Date of Award
Bachelor of Arts
sexuality, behavior, parents, adolescents, health
This thesis focuses on parental relationships, communication, and lifestyles and their potential in shaping their children's sexual attitudes and behaviors. Prior research has examined the effect of the media and schools on adolescent sexuality; however, there is little information on parents. The literature review was an evaluation of studies and written works focused on these three factors, media, schooling, and parental involvement, potentially having an effect on adolescent’s sexual attitudes and behaviors. It was found that media had a strong ability to over sexualize the youth of America. The educational aspect was two dimensional, there was clearly a positive aspect of learning about sex from a health professional’s perspective but there is great controversy in which type of education, abstinence only or comprehensive, should take place and at what age. Parental involvement left the most unanswered questions because of inconclusive findings, which is why the research of this thesis was focused on parents potential affect on their children’s sexual attitudes and behaviors. The research was split between a survey, given to 111 students, and eight one-on-one interviews. Though no findings in this sociological study can be conclusive or causational there is to some degree evidence to suggest that parental communication and sex education is associated with safe sexual activity and the use of protection. There was an assortment of limitations ranging from the sample population to the sensitive nature of the topic, but practical conclusions can still be drawn. Respondents as a whole are practicing safe sex, comfortable talking about sex with partners and friends, have communicated with their parents about sex, and had sex education in both middle and high school. The findings from this research lead to several implications, primarily the continued need for early parental involvement and positive communication. There is also a great need for sex education in schools around the country and mandated curriculum that can give adolescents safe and imperative knowledge. Findings also revealed a lack of comfort with health professionals, which showed the need for physician’s to make themselves more readily available to adolescent patients and more open and honest about sexual behaviors and attitudes. This thesis concluded with the suggestion of continued research. With a different sample population and less vague questioning there is potential for both enlightening and possibly significant findings.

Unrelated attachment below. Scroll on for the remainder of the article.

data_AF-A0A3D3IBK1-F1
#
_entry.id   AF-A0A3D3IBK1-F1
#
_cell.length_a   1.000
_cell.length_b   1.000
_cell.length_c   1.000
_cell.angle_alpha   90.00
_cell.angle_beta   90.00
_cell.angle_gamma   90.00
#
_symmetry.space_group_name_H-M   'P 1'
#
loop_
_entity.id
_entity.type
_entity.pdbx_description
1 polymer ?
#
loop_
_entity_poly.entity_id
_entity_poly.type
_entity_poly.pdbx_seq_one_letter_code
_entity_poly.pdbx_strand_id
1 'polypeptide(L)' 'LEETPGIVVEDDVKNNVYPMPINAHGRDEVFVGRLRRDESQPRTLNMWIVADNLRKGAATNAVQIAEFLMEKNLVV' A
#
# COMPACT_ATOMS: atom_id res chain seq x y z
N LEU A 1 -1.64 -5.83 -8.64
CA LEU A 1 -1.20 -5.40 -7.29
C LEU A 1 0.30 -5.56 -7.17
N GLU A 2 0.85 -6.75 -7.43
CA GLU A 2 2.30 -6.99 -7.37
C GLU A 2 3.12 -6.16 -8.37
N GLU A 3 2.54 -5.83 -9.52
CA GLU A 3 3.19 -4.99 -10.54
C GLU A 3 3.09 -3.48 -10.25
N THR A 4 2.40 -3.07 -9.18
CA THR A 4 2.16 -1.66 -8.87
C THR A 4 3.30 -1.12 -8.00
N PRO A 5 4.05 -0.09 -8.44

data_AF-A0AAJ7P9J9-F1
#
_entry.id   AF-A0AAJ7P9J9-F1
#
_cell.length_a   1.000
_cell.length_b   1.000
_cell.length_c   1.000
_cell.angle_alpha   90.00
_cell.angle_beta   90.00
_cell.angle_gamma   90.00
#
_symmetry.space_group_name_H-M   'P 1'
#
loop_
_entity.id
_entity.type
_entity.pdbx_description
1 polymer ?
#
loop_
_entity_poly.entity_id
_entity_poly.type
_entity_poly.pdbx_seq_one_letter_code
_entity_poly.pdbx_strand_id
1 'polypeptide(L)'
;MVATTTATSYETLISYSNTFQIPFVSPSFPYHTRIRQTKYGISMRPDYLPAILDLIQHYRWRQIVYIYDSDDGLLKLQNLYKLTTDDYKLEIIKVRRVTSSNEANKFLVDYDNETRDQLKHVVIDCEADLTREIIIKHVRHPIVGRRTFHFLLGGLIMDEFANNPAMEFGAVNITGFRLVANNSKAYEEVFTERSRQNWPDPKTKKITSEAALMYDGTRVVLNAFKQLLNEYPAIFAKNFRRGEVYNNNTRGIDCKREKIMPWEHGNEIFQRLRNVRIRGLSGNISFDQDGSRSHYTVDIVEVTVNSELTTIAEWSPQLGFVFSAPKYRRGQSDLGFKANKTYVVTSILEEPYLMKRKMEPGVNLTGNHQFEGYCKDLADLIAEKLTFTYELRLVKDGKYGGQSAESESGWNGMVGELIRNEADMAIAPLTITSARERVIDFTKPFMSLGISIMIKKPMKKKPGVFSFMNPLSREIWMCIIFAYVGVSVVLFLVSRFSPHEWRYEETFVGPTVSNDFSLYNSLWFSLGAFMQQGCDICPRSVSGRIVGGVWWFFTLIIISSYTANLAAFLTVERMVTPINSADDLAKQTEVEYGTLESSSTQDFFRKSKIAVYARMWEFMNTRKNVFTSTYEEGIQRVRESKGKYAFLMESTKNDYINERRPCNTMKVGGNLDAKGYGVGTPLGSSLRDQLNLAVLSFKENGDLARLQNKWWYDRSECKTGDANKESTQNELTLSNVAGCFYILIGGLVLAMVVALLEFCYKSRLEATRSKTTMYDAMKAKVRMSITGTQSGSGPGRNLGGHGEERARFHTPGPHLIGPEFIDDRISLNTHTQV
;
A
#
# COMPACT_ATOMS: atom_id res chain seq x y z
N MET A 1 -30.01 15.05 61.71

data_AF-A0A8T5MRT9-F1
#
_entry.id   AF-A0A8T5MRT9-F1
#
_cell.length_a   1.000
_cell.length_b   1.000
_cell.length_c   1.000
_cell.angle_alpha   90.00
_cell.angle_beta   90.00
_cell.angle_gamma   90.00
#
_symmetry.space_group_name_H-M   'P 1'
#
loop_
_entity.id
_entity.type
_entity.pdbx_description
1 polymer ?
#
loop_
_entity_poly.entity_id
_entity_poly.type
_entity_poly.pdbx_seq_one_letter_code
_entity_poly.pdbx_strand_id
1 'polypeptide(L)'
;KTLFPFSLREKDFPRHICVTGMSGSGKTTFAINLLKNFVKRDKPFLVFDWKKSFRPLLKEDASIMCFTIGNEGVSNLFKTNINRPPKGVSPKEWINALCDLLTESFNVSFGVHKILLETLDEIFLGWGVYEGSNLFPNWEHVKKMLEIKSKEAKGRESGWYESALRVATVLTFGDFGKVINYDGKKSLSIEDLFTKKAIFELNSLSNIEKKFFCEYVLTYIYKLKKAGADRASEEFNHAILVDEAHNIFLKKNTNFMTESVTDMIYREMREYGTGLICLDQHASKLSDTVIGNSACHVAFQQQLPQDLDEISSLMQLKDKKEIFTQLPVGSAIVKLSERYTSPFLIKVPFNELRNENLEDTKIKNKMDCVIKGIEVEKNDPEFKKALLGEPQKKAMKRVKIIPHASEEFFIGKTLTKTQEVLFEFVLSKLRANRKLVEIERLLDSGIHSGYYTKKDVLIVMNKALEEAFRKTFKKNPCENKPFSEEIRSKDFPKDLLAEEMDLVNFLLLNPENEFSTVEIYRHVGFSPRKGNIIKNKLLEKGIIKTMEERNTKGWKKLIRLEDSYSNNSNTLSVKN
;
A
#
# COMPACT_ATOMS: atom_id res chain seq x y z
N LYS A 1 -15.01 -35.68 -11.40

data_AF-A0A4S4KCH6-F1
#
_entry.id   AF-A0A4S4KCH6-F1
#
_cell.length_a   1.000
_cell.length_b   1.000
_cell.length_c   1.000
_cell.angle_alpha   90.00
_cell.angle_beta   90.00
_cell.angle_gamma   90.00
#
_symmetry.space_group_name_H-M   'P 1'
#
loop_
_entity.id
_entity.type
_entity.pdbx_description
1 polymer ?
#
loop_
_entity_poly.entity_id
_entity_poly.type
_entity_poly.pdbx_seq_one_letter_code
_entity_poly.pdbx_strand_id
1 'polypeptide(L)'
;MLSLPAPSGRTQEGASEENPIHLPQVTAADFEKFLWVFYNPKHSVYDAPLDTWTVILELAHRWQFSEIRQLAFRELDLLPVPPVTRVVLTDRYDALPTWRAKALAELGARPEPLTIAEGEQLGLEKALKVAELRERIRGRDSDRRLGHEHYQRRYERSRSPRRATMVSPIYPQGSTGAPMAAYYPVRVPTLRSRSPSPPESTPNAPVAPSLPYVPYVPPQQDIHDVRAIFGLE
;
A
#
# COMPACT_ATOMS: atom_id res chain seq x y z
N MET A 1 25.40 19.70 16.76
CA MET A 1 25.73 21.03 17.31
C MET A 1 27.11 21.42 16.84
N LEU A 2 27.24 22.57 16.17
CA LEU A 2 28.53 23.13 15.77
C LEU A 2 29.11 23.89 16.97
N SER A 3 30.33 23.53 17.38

Cohen, Elizabeth, "Let's Talk about Sex Baby" (2013). Honors Theses. 648.